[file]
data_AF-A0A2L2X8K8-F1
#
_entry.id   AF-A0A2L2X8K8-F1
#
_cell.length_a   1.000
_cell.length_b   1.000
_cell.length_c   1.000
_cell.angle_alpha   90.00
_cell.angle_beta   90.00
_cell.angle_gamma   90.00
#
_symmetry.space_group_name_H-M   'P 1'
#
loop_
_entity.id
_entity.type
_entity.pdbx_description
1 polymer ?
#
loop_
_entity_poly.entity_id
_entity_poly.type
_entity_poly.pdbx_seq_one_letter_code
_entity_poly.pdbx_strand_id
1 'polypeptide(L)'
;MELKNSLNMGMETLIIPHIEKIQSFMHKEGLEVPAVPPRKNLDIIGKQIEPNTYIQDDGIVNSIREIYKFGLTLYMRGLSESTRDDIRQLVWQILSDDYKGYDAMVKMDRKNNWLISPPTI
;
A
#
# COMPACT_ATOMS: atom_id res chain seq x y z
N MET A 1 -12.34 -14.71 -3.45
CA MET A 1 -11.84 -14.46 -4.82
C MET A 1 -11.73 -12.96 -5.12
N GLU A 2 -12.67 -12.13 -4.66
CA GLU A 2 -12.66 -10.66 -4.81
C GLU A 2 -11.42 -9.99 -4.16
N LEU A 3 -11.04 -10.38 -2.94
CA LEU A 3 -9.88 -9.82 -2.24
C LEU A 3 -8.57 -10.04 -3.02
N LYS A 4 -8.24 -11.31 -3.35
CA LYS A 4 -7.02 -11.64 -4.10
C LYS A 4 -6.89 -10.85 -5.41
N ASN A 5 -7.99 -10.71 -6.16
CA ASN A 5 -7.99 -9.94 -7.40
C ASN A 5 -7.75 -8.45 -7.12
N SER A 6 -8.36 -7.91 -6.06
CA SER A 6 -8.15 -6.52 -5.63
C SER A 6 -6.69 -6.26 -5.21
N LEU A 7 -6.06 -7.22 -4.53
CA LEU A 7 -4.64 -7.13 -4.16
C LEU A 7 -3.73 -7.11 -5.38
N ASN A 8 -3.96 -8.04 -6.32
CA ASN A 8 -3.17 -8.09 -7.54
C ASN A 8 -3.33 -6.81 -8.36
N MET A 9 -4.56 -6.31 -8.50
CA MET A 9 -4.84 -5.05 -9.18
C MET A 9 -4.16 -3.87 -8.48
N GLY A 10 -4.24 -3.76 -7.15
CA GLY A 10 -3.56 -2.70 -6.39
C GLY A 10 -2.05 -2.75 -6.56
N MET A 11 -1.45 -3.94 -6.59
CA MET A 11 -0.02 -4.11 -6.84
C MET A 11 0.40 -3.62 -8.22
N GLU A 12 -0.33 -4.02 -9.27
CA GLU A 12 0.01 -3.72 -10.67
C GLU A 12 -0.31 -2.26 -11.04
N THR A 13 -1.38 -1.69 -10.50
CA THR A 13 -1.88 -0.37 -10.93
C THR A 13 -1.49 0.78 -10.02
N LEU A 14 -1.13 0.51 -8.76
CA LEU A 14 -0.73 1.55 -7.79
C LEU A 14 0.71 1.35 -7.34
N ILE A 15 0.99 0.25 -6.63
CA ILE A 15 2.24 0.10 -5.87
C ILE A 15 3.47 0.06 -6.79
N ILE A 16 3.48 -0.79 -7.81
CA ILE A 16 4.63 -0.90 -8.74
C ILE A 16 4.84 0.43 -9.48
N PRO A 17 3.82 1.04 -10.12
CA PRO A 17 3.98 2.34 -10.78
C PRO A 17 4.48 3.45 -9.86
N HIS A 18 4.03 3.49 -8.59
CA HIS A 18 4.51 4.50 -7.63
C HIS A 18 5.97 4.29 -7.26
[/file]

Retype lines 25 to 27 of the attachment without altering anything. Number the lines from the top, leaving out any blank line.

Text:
1 'polypeptide(L)'
;MELKNSLNMGMETLIIPHIEKIQSFMHKEGLEVPAVPPRKNLDIIGKQIEPNTYIQDDGIVNSIREIYKFGLTLYMRGLSESTRDDIRQLVWQILSDDYKGYDAMVKMDRKNNWLISPPTI
;